The hidden struggle for women’s footy

August 2015 match between Melbourne and Western Bulldogs.
Monday, October 17, 2016

Play On! The Hidden History of Women’s Australian Rules Football
Brunette Lenkić and Rob Hess
Echo Publishing 2016,
324 pages

In a landmark development, the first national women’s Australian Football competition — AFL Women’s — will be launched next February. But a century ago, attitudes to women playing the game were very different.

Early last century, it was feared that allowing women to play Australian Football would be a slippery slope to giving them the vote and other rights enjoyed by men, say Brunette Lenkić (footy fan) and Professor Rob Hess (sport historian) in Play On! The Hidden History of Women’s Australian Rules Football. More than 100 years of Australian women footballers’ “resilience in the face of indifference, ridicule, hostility and limited support” has won women their right to play the game. Women’s football has had a long, but strictly second-class, history.

Early 20th century games were scratch matches, one-off novelty affairs between work-based teams (mostly seamstresses and sales staff from retail stores). These were used as a gimmick by businesses to market their millinery, including athletically-unfriendly skirts, in fundraising matches staged for the war effort or for support for the unemployed during the Great Depression.

Playing footy from women’s sheer love of it was not a consideration and many barriers to regularisation of the women’s game remained. The Vatican’s 1934 outlawing of women’s soccer as “unwomanly”, enforced in Italy by Mussolini’s fascists, flowed over into official Catholic distaste for women kicking the oval-shaped ball as well as the round ball. Meanwhile Protestant churches, as late as the 1960s, were still denouncing women’s football as a “Godless trend” that violates “the Christian concept of womanhood”.

Religion also decreed against sport being played on Sundays, one of the few timeslots available for women to fit regular club-based matches around the male, even junior boys’, football schedule. Access to ovals and other facilities continued to be monopolised by men. The press was also condescending, mocking and trivialising in its coverage of women’s games, only reluctantly acknowledging the women’s competitive spirit, skill and athleticism. Routine sexism dogged the women’s game.

In 1947, one woman player recalled the women’s teams running onto the field to “a chorus of wolf-whistles”. Revered icons of the men’s game, like the legendary, tough captain-coach of Richmond Jack “Captain Blood” Dyer said women were physically and mentally unsuited to football. “Their minds would be bewildered by the rules”, injuries could ruin their “chance to become mothers”, and the hardening of their muscles would “spoil the shape of their legs”. Women, who had long kept the men’s game going through volunteering, rarely had the favour returned by men.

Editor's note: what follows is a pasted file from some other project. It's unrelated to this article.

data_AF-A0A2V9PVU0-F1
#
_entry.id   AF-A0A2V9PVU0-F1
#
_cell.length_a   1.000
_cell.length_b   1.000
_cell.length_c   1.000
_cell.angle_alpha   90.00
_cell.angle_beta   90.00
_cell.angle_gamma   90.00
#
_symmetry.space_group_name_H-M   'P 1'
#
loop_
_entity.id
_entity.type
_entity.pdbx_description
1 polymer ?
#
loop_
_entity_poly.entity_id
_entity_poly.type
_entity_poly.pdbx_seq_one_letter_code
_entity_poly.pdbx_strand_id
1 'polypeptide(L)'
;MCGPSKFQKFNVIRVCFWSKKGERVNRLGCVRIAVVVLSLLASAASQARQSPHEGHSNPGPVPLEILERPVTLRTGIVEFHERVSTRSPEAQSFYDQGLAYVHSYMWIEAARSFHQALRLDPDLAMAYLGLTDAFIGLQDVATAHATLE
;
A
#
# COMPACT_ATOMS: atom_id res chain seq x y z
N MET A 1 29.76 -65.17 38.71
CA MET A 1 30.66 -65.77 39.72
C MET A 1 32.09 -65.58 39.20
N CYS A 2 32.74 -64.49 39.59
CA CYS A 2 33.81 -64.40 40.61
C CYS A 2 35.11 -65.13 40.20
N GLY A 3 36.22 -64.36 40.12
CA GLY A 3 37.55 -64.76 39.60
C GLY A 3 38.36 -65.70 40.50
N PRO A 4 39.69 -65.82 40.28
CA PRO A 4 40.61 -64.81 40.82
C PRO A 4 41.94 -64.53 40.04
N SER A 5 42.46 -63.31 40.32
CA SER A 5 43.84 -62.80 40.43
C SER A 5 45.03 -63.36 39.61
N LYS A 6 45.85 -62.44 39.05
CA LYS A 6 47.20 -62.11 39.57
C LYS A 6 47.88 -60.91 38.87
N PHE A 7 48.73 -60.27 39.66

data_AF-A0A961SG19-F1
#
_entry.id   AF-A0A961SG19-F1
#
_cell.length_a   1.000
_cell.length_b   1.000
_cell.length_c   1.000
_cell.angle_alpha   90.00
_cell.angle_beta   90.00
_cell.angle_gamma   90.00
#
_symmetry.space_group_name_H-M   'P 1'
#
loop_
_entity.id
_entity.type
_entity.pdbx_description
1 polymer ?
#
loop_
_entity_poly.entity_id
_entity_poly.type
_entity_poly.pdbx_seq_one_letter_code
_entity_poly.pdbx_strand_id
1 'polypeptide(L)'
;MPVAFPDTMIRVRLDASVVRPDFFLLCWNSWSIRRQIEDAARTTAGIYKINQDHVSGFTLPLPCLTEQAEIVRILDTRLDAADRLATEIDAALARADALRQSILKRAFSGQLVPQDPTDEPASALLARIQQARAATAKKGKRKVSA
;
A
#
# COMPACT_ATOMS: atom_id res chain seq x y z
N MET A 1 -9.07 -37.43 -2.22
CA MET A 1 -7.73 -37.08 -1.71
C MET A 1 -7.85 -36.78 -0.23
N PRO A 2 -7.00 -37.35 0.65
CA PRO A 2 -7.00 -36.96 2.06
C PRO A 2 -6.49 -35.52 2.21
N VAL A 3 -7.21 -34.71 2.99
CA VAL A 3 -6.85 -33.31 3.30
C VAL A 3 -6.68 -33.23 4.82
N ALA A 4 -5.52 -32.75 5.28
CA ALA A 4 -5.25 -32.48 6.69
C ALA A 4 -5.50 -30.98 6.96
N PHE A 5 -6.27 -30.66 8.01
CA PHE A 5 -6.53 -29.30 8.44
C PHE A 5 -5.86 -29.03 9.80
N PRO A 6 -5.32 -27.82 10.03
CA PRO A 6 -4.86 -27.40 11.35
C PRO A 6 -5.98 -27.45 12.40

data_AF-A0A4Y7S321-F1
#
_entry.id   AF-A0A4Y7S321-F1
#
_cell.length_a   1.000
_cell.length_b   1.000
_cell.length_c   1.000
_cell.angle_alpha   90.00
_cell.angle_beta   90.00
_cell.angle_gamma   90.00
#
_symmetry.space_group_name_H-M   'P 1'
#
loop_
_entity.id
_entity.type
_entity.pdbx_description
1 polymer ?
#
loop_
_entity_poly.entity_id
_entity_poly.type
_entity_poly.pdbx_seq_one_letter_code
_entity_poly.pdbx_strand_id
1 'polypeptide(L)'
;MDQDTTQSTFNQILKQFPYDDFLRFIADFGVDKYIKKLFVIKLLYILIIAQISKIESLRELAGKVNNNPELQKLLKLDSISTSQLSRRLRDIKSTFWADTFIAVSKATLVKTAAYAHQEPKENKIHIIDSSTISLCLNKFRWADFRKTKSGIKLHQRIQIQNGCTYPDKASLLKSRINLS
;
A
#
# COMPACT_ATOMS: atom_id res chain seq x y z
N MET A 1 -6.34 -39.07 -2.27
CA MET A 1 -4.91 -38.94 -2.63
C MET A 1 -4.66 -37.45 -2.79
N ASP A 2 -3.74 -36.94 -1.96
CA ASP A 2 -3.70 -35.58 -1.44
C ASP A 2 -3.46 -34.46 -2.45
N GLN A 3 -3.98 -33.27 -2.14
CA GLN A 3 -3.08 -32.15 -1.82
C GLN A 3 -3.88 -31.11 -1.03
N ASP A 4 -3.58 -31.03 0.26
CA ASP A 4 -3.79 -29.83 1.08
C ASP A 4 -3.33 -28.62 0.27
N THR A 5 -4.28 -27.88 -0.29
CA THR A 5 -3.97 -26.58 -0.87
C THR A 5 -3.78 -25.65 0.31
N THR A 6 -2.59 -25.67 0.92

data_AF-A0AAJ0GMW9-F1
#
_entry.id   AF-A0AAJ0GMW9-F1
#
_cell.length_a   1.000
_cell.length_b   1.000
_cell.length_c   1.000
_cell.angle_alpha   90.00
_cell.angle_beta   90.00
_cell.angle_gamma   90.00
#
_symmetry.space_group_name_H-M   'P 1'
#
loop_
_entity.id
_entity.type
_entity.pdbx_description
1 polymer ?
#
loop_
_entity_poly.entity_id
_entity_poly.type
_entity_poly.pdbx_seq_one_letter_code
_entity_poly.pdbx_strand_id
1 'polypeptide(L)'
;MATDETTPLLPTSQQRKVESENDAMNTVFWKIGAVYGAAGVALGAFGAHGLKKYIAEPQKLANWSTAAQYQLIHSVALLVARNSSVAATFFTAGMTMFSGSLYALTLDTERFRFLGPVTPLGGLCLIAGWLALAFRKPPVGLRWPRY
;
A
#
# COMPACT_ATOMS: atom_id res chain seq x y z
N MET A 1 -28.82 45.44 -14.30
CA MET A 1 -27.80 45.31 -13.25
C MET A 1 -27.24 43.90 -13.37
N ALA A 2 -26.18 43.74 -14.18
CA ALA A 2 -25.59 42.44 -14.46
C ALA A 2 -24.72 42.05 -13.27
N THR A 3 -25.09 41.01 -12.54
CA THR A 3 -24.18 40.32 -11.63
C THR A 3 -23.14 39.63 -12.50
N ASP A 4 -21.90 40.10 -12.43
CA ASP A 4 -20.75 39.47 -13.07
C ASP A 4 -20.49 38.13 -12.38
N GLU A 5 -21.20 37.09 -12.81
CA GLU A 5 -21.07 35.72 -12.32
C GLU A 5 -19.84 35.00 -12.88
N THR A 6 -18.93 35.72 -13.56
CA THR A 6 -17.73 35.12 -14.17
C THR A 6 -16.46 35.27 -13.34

As post-60s feminism challenged all aspects of a male-dominated society, women’s football gradually made progress. Feminism was invoked by the founder of the organised Victorian women’s competition. The sexist headwinds slowly abated, though not without occasional oppositional gusts — a commercial TV channel filmed one training session of a women’s team in WA in 1988, edited as “a blooper reel set to circus music”.

Momentum for women’s football has continued to grow, however. A big step came in 2007 when the Australian Football League (AFL) Commission, the game’s governing body, formally got behind it.

The decision was based less on high-minded, abstract egalitarian principle, than on commercial grounds. Compared to some other football codes, Australian Football has always appealed strongly to women. Women account for 45% of current AFL attendees, and 284,000 women and girls now play organised competitive football. As a “business enterprise”, the AFL has sniffed market potential and revenue from television rights to the women’s game.

A televised Western Bulldogs-Melbourne women’s exhibition game last year rated its boots off. It drew half a million viewers, more than watched a lacklustre Adelaide-Essendon men’s game the same weekend. Television networks have caught the heady whiff of advertising dollars. It may have taken crude capitalist calculation to make a go of women’s football, but a formal, financially-viable, eight-team, unionised (200 new members of the AFL Players’ Association face their next frontier — pay parity) elite national women’s competition, finally becomes reality next year. Up There, Kaz!

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